Monday, November 24, 2014

Editors of the ABA Journal announced today the selection of Cultural Heritage Lawyer as one of its top 100 best blogs.

Now that the editors have made their picks, the ABA Journal is asking readers to weigh in and vote for their favorites in each of the 8th Annual Blawg 100’s thirteen categories.

Click here to register and vote. Vote for CHL in the "Niche" blog category. Voting ends at close of business on Dec. 19, 2014.

CHL is grateful for the honor. Many thanks go to the blog's loyal readers, who make about 15,000 page views per month.

ABA Journal Editor and Publisher Allen Pusey remarked that law blogs play a crucial role in today's legal media landscape, explaining, “While traditional media sources often break news, law blogs dive deeper to offer insight into what the news means for clients, the legal profession and the public. And the ones on our list are well-written and, more often than not, entertaining.”

The ABA Journal is the flagship magazine of the American Bar Association, which is read by half of the nation’s 1.1 million lawyers every month. It features a directory of more than 4,000 lawyer blogs.

Text copyrighted 2014 by Cultural Heritage Lawyer. Blog url: Any unauthorized reproduction or retransmission of this post without the express written consent of CHL is prohibited.

Monday, November 17, 2014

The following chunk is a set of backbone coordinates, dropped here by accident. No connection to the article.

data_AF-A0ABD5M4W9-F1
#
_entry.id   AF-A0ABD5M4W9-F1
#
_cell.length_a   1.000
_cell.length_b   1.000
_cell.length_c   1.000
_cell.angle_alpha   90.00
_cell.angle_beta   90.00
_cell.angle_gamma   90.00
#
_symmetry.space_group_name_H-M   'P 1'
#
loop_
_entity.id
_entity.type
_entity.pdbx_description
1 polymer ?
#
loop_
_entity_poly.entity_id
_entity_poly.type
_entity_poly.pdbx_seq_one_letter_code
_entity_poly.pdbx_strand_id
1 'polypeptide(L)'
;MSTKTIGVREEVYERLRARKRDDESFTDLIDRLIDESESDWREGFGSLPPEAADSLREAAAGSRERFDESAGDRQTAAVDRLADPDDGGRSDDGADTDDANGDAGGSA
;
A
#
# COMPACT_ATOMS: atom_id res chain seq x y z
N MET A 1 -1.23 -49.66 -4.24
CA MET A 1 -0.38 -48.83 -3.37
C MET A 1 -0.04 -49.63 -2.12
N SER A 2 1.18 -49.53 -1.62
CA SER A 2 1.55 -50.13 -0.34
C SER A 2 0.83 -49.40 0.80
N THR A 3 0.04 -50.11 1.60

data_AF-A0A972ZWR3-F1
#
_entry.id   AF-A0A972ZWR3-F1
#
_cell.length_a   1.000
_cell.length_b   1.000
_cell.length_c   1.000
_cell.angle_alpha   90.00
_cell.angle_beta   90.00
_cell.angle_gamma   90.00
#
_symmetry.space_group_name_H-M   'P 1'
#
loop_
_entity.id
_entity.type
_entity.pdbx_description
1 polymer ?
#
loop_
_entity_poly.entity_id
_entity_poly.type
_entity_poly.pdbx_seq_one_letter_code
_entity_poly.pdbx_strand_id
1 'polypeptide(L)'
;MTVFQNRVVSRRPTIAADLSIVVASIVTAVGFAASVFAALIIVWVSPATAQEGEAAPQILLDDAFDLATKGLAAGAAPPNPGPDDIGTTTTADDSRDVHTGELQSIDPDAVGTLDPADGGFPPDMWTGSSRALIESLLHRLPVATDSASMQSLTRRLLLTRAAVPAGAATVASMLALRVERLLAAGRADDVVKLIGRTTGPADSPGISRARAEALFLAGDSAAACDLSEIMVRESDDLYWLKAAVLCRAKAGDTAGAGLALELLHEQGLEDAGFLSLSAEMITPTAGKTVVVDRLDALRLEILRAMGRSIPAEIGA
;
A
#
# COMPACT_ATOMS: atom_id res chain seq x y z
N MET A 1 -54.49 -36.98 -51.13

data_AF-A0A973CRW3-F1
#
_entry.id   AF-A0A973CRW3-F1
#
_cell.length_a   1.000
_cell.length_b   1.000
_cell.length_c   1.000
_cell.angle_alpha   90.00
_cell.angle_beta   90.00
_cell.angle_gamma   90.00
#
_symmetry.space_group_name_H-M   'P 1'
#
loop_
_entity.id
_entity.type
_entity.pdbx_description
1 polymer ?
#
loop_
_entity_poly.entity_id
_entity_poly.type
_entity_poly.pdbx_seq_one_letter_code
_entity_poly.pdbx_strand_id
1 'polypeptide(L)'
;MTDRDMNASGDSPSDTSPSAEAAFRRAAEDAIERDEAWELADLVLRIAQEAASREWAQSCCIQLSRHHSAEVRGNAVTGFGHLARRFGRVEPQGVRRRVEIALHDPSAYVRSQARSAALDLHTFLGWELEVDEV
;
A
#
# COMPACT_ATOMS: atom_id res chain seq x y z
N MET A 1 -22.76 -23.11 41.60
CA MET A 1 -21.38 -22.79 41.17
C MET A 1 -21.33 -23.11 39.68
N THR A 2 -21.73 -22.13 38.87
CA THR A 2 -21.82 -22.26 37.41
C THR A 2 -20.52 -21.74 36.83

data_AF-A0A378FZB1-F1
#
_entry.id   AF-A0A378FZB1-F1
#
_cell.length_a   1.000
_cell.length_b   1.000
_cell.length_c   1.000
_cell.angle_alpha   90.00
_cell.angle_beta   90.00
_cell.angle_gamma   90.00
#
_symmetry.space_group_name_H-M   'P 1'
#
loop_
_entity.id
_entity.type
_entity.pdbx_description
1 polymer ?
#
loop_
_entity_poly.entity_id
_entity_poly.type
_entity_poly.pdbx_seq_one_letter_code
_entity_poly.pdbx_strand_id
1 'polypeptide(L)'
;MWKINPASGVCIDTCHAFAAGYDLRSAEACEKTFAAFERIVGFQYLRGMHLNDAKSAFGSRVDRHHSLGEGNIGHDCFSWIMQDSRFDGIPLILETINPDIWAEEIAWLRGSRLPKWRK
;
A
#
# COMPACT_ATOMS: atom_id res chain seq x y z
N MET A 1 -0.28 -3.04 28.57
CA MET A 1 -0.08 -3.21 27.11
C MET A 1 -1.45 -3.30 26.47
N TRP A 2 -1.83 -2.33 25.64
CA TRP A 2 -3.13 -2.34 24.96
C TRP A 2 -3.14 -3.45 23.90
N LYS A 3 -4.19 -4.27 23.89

The fight to preserve our common cultural heritage, as well as to deny extremists such as ISIL [Islamic State in Iraq and Syria] resources from the sale of blood antiquities, is yet another front on the global war against terror." proclaimed Congressman Chris Smith (R-N.J.-4) in a press statement issued last week.

Congressmen Eliot Engel and Chris Smith, sponsors of the
Protect and Preserve International Cultural Property Act.
Rep. Smith, together with Rep. Eliot Engel (D-N.Y.-16), introduced the Protect and Preserve International Cultural Property Act (H.R. 5703) in the U.S. House of Representatives on Thursday. The bill would create a cultural property protection czar and set up import restrictions to prevent looted and smuggled Syrian heritage material from crossing America's borders.

Rep. Engel, the lead sponsor of the bill, emphasized its importance: “Since World War II, the United States has been a leader in protecting cultural property. Today, ISIL and other terrorist organizations have found a lucrative source of revenue in artifacts they traffic out of areas of conflict. America must respond by denying terrorists and criminals the ability to profit from instability by looting the world of its greatest treasures.”

The proposed legislation would advance four articulated U.S. policy goals designed to
(1) protect and preserve international cultural property at risk of destruction due to political instability, armed conflict, or natural or other disasters;
(2) protect international cultural property pursuant to its obligations under the 1954 Hague Convention for the Protection of Cultural Property in the Event of Armed Conflict and customary international law in all conflicts to which the United States is a party; 
(3) prevent, in accordance with existing laws, importation of cultural property pillaged, looted, or stolen during political instability, armed conflict, or natural or other disasters; and 
(4) ensure that existing laws and regulations, including import restrictions imposed through the Office of Foreign Asset Control (OFAC) of the Department of the Treasury, are fully implemented to prevent the trafficking in stolen or looted cultural property.